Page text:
January 19, 2023 — An emerging trend in virtual reality — incorporating smell — could be exciting news not just for gaming but for healthcare as well.
A growing number of hospitals across the country are using virtual reality to help patients manage pain, overcome phobias, and calm anxiety. Providers and Patients generally report good results, except for the high price. And VR therapies could start to become more common, especially if insurers start covering the costs.
But despite its potential in healthcare, virtual reality continues to fall short in one respect: we still can’t feel it.
“[Smell] hasn’t been explored enough in virtual reality, but it deserves to be,” says Judith Amores, PhD, Principal Investigator at Microsoft Research and MIT Media Lab Affiliate Researcher. “The potential benefits are incredible.
Amores researched connecting virtual reality to smell to improve a person’s response. In an experiment, she asked participants to wear a VR headset depicting calming nature scenes and a smart necklace she developed capable of releasing a lavender scent. When bursts of lavender were added to the VR, participants reported feeling 26% more relaxed than they did without the scent. A device that monitors brain activity confirmed this: participants’ physiological response increased by 25% when fragrance was added.
The study was small (just 12 people), but Amores says it represents a direction that needs to be explored with more people in peer-reviewed research. A systematic review 2022 research on virtual reality using multiple senses supports it: “Smell and taste are still underexplored,” the review states, “and they can bring significant value to virtual reality applications” — including health.
when we feel something, receptor cells in the nose send messages to the olfactory bulb at the base of the brain. This information is transmitted to the amygdala and hippocampus, areas of the brain responsible for processing memory and emotions, Amores explains.
“Your sense of smell goes directly into the emotional center of the brain,” says Amores. “That means you can literally change how you feel based on how you feel.”
So smell has the power to immerse us deeper in virtual reality, which could make VR treatments faster and more effective, says Amores.
New scent technology could advance research
Although medical research in this area may be slow, the efforts of the entertainment industry could help push it forward. No VR system that incorporates smell is yet available, Amores says, but that could change as soon as this year.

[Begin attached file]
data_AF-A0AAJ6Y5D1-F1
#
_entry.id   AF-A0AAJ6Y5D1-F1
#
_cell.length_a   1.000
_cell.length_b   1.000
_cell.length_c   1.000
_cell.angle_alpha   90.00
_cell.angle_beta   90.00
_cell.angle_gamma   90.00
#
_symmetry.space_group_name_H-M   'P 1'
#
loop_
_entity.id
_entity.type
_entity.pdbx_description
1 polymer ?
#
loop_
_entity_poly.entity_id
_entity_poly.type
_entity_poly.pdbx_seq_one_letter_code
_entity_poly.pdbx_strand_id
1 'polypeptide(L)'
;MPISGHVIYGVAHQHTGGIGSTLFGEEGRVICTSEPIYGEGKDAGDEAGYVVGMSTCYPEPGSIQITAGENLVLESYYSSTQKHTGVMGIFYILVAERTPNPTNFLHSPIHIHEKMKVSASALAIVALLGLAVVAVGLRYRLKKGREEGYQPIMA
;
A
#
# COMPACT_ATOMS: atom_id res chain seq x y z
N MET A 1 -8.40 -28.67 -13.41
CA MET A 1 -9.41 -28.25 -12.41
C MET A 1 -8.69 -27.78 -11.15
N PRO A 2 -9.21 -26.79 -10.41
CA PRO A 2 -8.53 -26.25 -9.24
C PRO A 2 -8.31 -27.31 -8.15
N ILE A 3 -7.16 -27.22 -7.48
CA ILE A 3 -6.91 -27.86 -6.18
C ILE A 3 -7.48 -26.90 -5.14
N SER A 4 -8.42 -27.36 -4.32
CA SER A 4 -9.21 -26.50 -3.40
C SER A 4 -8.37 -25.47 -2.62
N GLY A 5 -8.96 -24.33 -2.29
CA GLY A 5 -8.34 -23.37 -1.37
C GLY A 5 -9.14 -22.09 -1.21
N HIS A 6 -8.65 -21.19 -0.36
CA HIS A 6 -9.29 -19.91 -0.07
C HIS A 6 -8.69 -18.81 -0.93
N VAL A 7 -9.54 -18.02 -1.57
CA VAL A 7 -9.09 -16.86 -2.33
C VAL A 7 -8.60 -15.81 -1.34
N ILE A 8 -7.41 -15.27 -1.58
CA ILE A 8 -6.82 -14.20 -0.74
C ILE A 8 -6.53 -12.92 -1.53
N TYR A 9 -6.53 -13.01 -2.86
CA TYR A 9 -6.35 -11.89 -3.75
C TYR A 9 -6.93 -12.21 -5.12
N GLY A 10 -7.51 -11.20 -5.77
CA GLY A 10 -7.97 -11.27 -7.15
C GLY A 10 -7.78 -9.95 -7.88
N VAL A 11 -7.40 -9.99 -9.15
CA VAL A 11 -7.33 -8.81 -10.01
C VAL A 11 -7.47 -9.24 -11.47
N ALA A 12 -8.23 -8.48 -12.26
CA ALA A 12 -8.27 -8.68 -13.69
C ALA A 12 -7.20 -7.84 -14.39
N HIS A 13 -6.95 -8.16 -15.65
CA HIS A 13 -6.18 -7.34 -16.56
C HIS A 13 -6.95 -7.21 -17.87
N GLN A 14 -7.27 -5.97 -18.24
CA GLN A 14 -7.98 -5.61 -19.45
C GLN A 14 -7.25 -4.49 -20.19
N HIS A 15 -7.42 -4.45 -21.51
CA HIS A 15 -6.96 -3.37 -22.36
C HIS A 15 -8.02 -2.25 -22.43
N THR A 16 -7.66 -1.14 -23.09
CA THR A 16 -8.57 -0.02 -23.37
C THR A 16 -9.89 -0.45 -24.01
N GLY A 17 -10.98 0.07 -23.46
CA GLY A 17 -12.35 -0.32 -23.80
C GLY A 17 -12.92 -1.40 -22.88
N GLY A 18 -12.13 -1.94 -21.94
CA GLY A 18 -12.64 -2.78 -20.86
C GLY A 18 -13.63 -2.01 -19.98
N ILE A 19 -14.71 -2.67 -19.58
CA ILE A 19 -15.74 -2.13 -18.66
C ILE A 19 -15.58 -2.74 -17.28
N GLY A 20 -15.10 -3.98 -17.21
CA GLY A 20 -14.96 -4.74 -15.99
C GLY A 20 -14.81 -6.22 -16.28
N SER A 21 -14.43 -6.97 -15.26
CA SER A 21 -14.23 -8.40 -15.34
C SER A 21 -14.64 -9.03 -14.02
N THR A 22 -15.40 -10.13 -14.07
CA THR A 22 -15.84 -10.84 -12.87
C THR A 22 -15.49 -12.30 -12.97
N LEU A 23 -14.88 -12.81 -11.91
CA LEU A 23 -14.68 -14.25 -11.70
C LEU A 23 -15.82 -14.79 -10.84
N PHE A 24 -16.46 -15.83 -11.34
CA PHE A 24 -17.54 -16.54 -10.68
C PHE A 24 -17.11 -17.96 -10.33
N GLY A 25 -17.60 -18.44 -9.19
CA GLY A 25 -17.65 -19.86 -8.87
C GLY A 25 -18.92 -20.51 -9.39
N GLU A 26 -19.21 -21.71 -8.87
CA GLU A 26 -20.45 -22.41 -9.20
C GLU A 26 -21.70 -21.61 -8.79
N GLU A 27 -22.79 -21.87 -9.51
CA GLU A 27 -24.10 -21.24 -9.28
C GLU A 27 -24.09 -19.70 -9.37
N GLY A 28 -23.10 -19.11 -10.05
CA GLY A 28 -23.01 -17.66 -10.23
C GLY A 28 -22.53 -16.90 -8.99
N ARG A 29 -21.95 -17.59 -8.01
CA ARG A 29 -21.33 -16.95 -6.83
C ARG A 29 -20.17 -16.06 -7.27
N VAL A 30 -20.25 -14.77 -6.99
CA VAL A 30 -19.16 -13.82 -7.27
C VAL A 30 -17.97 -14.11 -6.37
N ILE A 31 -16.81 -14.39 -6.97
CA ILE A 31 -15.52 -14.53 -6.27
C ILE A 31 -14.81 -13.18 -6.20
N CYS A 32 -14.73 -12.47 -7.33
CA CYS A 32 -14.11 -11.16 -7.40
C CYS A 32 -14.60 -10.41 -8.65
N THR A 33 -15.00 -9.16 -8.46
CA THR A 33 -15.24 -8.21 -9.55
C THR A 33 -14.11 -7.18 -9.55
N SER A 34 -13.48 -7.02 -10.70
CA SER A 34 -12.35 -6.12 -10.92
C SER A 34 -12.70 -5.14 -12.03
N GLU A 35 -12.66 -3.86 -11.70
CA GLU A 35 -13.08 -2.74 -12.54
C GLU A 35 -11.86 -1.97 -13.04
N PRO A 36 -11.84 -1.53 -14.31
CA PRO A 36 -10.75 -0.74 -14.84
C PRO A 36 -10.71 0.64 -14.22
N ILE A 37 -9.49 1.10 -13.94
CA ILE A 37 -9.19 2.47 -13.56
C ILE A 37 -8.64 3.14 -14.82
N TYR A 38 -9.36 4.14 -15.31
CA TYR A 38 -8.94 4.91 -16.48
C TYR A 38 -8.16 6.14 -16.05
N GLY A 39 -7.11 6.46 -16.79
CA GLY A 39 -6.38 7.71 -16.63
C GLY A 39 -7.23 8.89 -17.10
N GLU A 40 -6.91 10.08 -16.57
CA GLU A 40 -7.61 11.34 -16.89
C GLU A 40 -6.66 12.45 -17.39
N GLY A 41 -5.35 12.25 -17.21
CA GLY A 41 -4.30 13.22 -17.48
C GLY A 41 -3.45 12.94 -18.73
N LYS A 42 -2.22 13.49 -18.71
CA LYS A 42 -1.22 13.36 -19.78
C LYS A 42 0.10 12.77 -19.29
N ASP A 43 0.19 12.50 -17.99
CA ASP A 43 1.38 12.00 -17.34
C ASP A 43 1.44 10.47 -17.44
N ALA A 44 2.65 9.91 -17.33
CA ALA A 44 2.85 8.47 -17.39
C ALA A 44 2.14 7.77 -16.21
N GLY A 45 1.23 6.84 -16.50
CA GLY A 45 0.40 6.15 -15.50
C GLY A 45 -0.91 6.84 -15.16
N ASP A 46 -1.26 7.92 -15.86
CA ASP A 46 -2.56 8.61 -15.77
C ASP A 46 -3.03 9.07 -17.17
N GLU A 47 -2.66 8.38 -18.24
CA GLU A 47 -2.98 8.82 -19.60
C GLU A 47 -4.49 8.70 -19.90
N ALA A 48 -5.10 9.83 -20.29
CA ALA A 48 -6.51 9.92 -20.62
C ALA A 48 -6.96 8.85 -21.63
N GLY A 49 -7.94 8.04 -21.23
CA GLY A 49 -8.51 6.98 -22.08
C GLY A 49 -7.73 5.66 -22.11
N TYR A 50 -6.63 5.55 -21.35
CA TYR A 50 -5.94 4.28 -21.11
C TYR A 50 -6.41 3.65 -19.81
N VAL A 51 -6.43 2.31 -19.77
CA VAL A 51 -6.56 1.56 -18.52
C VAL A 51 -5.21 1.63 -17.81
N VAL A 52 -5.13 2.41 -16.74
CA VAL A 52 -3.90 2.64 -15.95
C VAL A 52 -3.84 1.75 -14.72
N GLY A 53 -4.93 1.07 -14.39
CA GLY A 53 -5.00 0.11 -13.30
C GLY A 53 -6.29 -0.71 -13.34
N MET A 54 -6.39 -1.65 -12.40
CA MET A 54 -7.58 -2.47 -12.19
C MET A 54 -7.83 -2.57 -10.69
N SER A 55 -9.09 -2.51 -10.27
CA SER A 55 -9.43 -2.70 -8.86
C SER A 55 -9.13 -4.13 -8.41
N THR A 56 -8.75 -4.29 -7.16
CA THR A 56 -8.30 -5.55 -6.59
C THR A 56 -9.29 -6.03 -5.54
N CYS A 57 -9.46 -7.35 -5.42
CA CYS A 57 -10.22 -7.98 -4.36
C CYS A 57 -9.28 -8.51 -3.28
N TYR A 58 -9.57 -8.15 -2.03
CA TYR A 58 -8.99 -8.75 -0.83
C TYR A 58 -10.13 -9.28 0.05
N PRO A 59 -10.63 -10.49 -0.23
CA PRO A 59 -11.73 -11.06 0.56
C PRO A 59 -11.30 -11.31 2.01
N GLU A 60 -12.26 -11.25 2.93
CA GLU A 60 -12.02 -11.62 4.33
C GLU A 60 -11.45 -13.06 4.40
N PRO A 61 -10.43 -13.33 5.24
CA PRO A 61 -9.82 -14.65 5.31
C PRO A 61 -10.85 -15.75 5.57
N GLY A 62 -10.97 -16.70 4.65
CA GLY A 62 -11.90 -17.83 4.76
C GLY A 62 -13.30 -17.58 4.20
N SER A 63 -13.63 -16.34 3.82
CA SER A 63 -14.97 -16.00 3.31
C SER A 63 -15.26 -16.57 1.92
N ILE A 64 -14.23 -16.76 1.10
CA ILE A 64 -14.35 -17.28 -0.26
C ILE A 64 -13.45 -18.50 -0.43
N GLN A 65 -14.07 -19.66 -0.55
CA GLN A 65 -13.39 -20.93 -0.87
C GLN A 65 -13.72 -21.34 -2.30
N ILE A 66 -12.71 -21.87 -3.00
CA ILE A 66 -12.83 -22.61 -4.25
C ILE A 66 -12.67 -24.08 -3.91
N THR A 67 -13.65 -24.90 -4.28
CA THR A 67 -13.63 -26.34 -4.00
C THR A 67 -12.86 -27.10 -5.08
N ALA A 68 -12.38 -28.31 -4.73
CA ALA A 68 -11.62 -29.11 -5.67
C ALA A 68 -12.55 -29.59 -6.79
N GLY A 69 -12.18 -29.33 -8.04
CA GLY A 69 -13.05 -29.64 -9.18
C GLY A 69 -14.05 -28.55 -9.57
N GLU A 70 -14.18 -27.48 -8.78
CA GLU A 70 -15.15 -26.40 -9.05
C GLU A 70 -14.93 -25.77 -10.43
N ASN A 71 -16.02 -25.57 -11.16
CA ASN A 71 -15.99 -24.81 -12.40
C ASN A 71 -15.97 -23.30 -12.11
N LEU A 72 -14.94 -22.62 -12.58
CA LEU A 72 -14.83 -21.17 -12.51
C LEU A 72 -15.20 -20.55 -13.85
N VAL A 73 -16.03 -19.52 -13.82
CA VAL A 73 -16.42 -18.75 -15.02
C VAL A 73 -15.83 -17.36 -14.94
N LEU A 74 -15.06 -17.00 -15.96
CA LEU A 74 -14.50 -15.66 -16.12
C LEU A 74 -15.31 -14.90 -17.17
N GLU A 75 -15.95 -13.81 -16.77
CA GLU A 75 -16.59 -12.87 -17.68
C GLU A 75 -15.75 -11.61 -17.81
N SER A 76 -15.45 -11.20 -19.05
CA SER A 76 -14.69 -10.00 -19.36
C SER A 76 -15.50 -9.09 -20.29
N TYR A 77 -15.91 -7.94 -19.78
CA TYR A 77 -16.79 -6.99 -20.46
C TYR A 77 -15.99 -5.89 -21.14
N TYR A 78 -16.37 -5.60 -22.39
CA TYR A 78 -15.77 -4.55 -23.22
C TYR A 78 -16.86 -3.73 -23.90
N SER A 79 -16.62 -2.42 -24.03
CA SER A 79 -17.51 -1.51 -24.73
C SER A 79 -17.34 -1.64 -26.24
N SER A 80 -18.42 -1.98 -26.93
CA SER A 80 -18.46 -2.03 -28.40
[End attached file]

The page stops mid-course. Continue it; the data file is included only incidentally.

At the International Consumer Electronics Show (CES) held earlier this month, Vermont-based OVR Technology unveiled a headset with eight primary flavors that can be combined to create thousands of flavors. The ION3, as it is called, is due out later this year.
At the same time, a study published in the International Journal of Human-Computer Studies describes a smell machine that was tested with a virtual reality headset from tech giant HTC. The researchers suggest that such technology could, among other uses, help improve “smell training” for those who have lost their sense of smell due to COVID-19.
Stimulating VR Therapies with Smell
Smell-enhanced VR therapies could be explored for all sorts of clinical uses, Amores says, such as treating anxiety, sleep disorderseven Alzheimer’s disease (smell is linked to memory).
Virtual reality “exposure therapy” has previously been used to treat PTSD in military veterans, immersing them in a virtual environment that triggers a traumatic memory, desensitizing them to memory so they learn that their thoughts are in security. A 2021 article in brain research noted that the incorporation of smell into such therapy is “essentially necessary”, as smells can trigger traumatic memories, in some cases more fiercely than sounds. A distressing scent (like diesel fuel or the smell of something burning) could be followed or layered with a relaxing scent like pine, eucalyptus, or cinnamon in a gradual fashion to reduce or even eliminate odor triggers , according to the article. .
Addicts may also benefit from virtual reality exposure therapy, learning to manage or resist cravings triggered by certain cues, certain research suggests. Virtual reality has the power to transport them anywhere – to a bar or party, for example – and the smell of wine or cigarettes can add to the realism needed to spark cravings.
Another application could be surgical preparation, Amores says. A patient has a full VR session with relaxing smells – walking through a forest and breathing in the smells of pine and moss, for example – reduce anxiety before the procedureand potentially reduce the amount of painkillers needed and improve outcomes.
These scents could be deployed again during hospitalization or recovery – with or without virtual reality – to quickly bring the patient back to a calm state. It’s a kind of Pavlovian conditioning that would be easy to replicate, says Amores.
At Cedars-Sinai in Los Angeles, virtual reality is being researched and used to help patients relieve pain in a variety of conditions, including irritable bowel syndrome and chronic lower back pain.
Melissa Wong, MD, an obstetrician-gynecologist specializing in maternal-fetal medicine at Cedars-Sinai, has studied virtual reality for pain and stress relief during labor and birth, possibly delaying the use of an epidural.
“There’s absolutely something about the mind-body connection when it comes to pain,” Wong says, “and using virtual reality could harness that.” Making it more immersive by adding a scent would likely amplify those effects, she adds.
As research continues to highlight the power of smell, we’re likely to see sense increasingly implemented in clinical treatments, Amores predicts. It might not be long before “Smell-o-Vision” comes to a hospital near you.